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Noida Twin Tower Demolition | A lesson in demolition vocabulary on D-Day

As we get ready to see the demolition live, let's get familiar with some terms relevant to the demolition process

August 28, 2022 / 10:54 AM IST

The Supertech twin towers in Noida will be demolished later this afternoon. This will be the tallest ever demolition in this country with two 100-metre-high towers set to be razed down by explosives. The expected time to bring down the structures will be 9 seconds. As we get ready to see the demolition live, let's get familiar with some terms relevant to the demolition process.

Catch the demolition live here

Geotextile Fibre/Covers: These are synthetic fabrics thicker and stronger than normal day-to-day fabric. These are made from synthetic polymers that enable it to work as a separator. In this case, the geotextile fibre has been used to cover adjoining buildings and in wrapping of the twin towers.

Waterfall Implosion Method: The method used to bring down tall towers safely to not harm nearby structures. In the waterfall implosion method, the building being demolished falls like water - straight from top to bottom. The blast is planned in such a manner that the tower collapses inwards, rather than outwards. That's why it is called implosion, and not explosion.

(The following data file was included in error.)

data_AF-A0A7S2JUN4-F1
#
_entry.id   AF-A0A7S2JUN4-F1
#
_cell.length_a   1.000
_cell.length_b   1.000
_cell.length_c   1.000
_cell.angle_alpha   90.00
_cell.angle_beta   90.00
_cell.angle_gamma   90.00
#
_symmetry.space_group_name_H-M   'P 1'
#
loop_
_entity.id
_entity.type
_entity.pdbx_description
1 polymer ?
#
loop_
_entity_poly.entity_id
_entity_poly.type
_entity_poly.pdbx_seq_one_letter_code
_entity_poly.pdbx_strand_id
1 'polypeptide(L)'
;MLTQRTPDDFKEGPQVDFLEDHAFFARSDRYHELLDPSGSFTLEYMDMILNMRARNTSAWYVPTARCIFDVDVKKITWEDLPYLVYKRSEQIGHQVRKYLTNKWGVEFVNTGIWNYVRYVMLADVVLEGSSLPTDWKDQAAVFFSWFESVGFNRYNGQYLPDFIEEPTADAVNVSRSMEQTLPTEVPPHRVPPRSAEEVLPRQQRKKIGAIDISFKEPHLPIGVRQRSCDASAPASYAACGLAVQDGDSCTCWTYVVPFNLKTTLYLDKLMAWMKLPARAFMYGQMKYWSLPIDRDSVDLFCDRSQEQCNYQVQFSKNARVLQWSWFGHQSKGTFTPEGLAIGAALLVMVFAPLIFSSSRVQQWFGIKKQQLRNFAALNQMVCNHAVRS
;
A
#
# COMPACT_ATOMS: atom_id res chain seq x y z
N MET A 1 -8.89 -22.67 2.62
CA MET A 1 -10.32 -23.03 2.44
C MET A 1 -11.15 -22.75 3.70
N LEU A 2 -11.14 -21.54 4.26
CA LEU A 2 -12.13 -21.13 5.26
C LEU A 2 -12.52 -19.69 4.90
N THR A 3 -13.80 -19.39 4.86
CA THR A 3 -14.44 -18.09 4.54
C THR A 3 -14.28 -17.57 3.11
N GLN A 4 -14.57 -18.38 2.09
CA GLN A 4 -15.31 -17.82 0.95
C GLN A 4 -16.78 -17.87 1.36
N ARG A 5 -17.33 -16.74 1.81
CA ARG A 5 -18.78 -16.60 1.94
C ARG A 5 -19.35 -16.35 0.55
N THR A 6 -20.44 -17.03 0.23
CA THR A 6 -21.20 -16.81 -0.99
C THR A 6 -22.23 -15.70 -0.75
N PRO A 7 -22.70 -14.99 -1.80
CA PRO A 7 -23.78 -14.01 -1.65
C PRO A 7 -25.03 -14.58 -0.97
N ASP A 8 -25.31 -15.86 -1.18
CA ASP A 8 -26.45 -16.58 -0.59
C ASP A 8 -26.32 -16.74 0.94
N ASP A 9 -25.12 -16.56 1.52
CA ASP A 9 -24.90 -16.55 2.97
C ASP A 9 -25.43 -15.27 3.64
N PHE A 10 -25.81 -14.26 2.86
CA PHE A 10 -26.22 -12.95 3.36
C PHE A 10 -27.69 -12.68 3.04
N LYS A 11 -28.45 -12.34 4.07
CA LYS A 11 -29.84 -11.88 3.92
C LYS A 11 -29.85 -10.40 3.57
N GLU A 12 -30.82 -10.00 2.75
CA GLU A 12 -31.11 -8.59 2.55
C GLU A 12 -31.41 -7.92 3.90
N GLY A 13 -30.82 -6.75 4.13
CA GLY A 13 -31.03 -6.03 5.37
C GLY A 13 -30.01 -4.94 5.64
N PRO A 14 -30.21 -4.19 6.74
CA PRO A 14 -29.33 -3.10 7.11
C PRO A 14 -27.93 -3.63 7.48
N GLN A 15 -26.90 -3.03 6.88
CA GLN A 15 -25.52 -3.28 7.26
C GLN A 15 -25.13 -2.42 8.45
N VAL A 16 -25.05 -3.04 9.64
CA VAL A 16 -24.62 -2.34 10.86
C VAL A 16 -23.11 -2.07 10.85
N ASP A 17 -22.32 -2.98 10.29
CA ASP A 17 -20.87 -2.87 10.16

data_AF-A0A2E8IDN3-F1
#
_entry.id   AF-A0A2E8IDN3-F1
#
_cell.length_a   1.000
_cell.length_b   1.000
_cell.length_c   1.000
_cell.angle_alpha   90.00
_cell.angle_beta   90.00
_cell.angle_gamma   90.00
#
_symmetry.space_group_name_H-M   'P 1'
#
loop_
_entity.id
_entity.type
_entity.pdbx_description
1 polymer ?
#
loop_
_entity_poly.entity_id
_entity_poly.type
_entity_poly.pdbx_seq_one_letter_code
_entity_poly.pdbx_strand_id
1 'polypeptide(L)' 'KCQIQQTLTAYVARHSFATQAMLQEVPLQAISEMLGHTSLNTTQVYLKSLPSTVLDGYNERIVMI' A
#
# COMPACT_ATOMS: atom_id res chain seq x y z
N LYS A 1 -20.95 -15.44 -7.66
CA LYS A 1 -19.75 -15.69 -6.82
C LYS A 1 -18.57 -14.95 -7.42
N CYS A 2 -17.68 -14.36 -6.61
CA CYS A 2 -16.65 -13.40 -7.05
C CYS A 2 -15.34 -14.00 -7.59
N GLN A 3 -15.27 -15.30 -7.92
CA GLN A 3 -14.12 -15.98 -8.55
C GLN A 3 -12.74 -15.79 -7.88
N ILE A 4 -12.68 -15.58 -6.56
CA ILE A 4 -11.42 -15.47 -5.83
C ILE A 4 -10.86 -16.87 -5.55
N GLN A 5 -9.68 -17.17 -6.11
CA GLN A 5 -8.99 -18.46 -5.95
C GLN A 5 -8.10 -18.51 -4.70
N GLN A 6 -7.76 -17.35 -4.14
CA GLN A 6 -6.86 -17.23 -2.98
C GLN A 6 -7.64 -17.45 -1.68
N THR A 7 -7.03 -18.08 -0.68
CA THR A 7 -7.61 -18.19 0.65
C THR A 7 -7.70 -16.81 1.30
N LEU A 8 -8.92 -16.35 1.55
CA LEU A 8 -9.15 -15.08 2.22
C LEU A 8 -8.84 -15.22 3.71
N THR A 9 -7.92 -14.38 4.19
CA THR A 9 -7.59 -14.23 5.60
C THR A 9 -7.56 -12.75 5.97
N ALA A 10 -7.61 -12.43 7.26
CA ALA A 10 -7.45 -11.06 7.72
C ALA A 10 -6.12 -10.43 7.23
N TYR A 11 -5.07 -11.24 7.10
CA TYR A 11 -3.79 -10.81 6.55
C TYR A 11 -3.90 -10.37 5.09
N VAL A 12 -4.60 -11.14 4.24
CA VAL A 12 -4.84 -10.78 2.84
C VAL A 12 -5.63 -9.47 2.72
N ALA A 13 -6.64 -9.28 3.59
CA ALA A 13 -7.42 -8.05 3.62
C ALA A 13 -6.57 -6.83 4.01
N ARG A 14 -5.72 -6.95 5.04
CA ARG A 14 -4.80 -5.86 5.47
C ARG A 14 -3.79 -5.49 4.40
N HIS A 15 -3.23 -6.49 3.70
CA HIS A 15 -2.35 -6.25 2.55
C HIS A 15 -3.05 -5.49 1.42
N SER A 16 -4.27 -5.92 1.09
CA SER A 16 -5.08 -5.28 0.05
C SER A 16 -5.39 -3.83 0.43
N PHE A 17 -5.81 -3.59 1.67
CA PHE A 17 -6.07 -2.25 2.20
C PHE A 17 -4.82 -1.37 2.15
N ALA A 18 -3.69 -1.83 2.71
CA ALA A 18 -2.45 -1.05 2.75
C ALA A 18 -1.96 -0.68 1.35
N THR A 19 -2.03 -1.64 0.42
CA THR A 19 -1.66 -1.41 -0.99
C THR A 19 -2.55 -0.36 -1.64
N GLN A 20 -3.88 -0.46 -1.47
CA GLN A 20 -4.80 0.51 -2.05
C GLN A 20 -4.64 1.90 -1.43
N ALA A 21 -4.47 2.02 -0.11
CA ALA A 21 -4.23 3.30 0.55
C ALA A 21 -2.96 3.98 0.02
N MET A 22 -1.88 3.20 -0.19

Steel Containers: You must have seen videos and photos of ports where large containers can be seen for transporting goods. Similar containers will be placed around the towers to prevent debris from spreading after the blast.


Ground Zero: The place where any activity or incident takes place. In this case, the ground zero is twin towers and area within a radius of 250 metres.

Exclusion Zone: A specific area where entry is permissible only for a select few. Common public is not allowed in such a zone. Since the twin towers are being demolished using explosives, an exclusion zone of 450 metres is fixed in front of the twin towers overseeing a road and a city park while it's 250 metres on the other three sides of the towers.

Dust Cloud: Two 100-metre-tall towers will come crashing down within nine seconds through multiple explosions. Every top floor will collapse on its bottom floor and a whopping amount of dust will blow up in the air. This will create a cloud like situation, thus it is called dust cloud. However, the air is likely to become clearer in 10 to 15 minutes after demolition.​
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